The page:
Making a fresh energy-security case for Keystone XL out of the same Ukraine unrest now powering calls for faster natural gas exports requires an intellectual leap across continents and fuel types. But its political value is as plain to see as a list of vulnerable Senate Democratic hopefuls.
Six of the eight Democratic lawmakers locked in challenging Senate races this year have a firm position on either the KXL pipeline or legislation that would boost liquefied natural gas (LNG) exports -- but not on both issues, according to member interviews with E&E Daily and voting records searches. In rhetorically linking the two debates, then, oil and gas industry advocates can double their pressure on an already jittery majority in the upper chamber, where Republicans need to flip six seats to seize control.
"People make the same connection" between Russia's use of its natural gas for geopolitical gain in the European Union and the United States' reliance on imported crude oil from less-friendly nations that KXL might displace, Sen. John Hoeven (R-N.D.) said in an interview this week.
"Here we are getting oil from the Middle East and having to send soldiers into places like Iraq," Hoeven said, adding that the Ukraine tension "continues to strengthen our case and puts more pressure on the administration" over the Canada-to-U.S. heavy oil pipeline.
Hoeven said raising the profile of the $5.4 billion KXL, which President Obama may yet decide on before the November election, amid the focus on Russia's energy posture also forces Democrats to choose a side in the long-running oil pipeline battle.
Perhaps the most closely watched vulnerable Democrat on KXL, Sen. Mark Udall of Colorado, is joining his opponent Rep. Cory Gardner (R-Colo.) in an embrace of expanded LNG exports as a show of support for his home state's shale gas producers (E&E Daily, March 26). But Udall is staying circumspect on Canadian crude imports.
A spokesman said that Udall voted "no" on two symbolic KXL amendments to last year's budget resolution -- one backed by pipeline supporters, the other its opponents -- as a statement "against injecting politics into the process" and that he is waiting until the current State Department review process runs its course, "allowing all parties to weigh in," before taking a position on whether the pipeline should be built.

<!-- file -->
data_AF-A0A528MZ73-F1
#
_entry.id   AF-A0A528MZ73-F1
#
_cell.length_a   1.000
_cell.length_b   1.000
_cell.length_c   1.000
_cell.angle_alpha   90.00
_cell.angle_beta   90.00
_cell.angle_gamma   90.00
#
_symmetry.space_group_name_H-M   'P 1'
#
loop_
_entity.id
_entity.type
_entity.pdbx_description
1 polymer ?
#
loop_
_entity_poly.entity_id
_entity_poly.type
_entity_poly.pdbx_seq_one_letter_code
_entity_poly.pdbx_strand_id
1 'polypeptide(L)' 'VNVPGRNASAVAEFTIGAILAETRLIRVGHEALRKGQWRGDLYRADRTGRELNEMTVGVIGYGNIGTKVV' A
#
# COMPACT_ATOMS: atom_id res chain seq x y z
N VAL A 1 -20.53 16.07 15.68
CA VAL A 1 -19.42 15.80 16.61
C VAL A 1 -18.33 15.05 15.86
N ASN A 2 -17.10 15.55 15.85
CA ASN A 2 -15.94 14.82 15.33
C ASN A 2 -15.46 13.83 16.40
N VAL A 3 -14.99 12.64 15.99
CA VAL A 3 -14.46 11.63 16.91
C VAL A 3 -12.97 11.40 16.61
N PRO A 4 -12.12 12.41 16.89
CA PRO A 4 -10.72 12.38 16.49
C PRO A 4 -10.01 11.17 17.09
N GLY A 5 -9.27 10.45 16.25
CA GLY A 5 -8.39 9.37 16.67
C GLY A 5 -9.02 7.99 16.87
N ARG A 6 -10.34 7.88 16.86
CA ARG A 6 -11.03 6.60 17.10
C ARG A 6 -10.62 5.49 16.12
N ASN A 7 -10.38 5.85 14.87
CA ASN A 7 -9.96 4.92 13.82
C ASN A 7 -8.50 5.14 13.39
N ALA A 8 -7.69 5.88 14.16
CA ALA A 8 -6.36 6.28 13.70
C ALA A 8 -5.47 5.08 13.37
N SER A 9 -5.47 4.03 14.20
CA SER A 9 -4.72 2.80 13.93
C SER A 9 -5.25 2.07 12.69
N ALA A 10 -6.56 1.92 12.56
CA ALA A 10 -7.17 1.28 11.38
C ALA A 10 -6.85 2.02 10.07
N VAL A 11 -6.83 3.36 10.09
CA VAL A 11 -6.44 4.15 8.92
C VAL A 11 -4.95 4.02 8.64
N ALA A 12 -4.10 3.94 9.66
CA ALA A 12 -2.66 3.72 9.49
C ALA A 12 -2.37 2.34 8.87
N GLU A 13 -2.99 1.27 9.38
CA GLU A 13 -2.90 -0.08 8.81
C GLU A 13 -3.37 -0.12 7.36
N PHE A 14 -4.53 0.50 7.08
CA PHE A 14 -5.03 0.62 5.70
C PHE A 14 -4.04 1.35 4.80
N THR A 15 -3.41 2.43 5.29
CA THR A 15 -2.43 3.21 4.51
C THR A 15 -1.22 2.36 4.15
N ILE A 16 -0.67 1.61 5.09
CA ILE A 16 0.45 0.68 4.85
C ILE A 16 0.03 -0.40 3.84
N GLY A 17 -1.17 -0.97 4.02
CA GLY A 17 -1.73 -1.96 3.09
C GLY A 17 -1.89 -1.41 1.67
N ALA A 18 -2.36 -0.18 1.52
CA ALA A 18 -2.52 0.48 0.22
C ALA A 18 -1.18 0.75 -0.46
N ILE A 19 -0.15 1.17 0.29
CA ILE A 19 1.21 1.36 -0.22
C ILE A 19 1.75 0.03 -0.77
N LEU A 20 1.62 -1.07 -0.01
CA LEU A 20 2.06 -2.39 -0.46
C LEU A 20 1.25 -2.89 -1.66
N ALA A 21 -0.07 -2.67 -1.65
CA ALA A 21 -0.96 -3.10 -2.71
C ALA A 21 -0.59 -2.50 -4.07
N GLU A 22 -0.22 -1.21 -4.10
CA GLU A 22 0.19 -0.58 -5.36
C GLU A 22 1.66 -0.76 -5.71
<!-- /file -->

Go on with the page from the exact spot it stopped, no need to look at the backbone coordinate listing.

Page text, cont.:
Udall's Democratic colleagues in the toughest Senate races tend toward more settled views on KXL, now in the sixth year of review by State and lambasted by environmentalists as a fatal blow to U.S. climate change efforts.
Rep. Bruce Braley (D-Iowa), who is seeking to replace retiring Sen. Tom Harkin (D-Iowa), opposes the pipeline, a spokesman said this week. That shift first emerged in his committee-to-floor turnabout last year on a pro-KXL bill and comes as billionaire environmentalist Tom Steyer edges toward making Braley's campaign a beneficiary of his ample war chest for climate-conscious Democrats in the midterms (Greenwire, Feb. 18).
Braley is facing fierce attacks from the GOP this week after conservative activists posted video of a dismissive comment he made about his state's senior senator, Chuck Grassley, and his background as a farmer (E&ENews PM, March 27). Braley is still weighing his position on Gardner's measure expanding LNG exports ahead of an expected Energy and Commerce Committee vote on the bill, according to the congressman's office.
Pro-KXL Sen. Kay Hagan (D-N.C.) said in a brief interview yesterday that she has not yet looked at the LNG export expansion plans offered this week by Udall and Sen. John Barrasso (R-Wyo.) during debate on a sanctions and aid package for Ukraine.
Pro-KXL Sen. Mark Pryor's (D-Ark.) office did not respond to a request for comment on his approach to the LNG export question in time for publication. Petrochemical processors in the state, however, benefit from cheaper domestic natural gas, and the state's junior GOP senator, John Boozman, raised concerns about a price spike to ArkansasNews.com this month.